Coinsetter, the global bitcoin exchange based in New York City, announced this week the acquisition of Canadian Virtual Exchange, commonly known as CAVIRTEX, a major Canadian bitcoin exchange operating since 2011. The acquisition marks the first major consolidation in the bitcoin exchange market, and represents one of the largest M&A deals to take place in the burgeoning digital currency space.
Alongside its acquisition, CAVIRTEX today has reopened its doors to customers and resumed trading under Coinsetter’s leadership. Both exchanges will remain open for business in their own names, sharing technology, capital, management and banking access to maximize the value to traders. CAVIRTEX will move to employ Coinsetter’s technology stack, and incorporate their advanced security standards and practices. Previous account holders at CAVIRTEX and Coinsetter will continue to be able to use their existing login credentials at the same websites to access their accounts.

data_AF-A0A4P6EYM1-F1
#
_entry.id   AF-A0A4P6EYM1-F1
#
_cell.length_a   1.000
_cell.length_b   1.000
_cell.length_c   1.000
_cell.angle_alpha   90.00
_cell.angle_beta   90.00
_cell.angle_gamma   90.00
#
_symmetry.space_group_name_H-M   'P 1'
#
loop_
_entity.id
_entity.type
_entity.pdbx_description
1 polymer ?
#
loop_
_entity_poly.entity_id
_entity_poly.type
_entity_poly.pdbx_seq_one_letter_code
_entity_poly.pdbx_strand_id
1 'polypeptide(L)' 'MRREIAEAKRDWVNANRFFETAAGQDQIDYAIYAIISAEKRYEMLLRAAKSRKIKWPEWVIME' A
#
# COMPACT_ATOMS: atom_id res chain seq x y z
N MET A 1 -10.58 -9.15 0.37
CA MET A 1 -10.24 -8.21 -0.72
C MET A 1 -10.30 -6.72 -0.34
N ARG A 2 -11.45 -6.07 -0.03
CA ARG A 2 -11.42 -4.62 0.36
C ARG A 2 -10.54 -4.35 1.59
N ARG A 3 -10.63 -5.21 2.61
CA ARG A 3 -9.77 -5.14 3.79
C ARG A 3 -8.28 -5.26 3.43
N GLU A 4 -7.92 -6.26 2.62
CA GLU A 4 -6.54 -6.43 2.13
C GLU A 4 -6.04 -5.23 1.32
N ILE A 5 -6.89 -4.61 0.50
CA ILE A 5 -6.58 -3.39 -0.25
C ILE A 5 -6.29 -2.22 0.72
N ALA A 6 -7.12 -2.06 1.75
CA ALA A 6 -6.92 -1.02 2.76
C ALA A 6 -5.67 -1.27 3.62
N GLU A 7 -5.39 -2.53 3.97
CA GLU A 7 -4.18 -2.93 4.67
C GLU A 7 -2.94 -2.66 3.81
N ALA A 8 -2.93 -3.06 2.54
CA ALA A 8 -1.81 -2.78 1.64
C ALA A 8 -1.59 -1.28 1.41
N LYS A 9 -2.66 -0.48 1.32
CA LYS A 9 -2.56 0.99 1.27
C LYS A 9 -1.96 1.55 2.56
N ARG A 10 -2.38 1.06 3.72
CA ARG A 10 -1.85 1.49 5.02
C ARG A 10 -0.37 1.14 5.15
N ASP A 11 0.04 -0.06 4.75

The acquisition was completed through a negotiated agreement with CAVIRTEX voting shareholders. Coinsetter chief executive Jaron Lukasiewicz has been named CEO of CAVIRTEX and Marshall Swatt will assume the role of CTO of CAVIRTEX, effective today.
Jaron Lukasiewicz, CEO of Coinsetter and CAVIRTEX said, “Coinsetter is proud to make Canadian bitcoiners a core focus of our company through CAVIRTEX, the most profitable and longest-running bitcoin exchange in Canada. Together we are making history, combining talent and resources to give clients an unparalleled BTC-CAD trading experience with a wide range of domestic bank transfer options, including a full banking relationship in Canada.”
Marshall Swatt, CTO of Coinsetter and CAVIRTEX added, “Traders have trusted Coinsetter since 2012 to provide the best combination of high speed trading technology, ironclad security and liquid markets. As we integrate Coinsetter’s CSX exchange technology into CAVIRTEX in the coming weeks, we will create an unparalleled Canadian bitcoin exchange with low latency trade execution, margin trading and growing interaction with customers through our Toronto office.”
For more information, visit the CAVIRTEX website at www.cavirtex.com or Coinsetter at www.coinsetter.com.
Founded in 2012, Coinsetter is Wall Street’s leading global bitcoin exchange. Coinsetter’s New York-based exchange offers margin trading for businesses, the most established APIs for professional traders, high uptime, low latency trade execution, enterprise bitcoin security by Securicoin®, deep liquidity and attractive pricing. Visit www.coinsetter.com to learn more.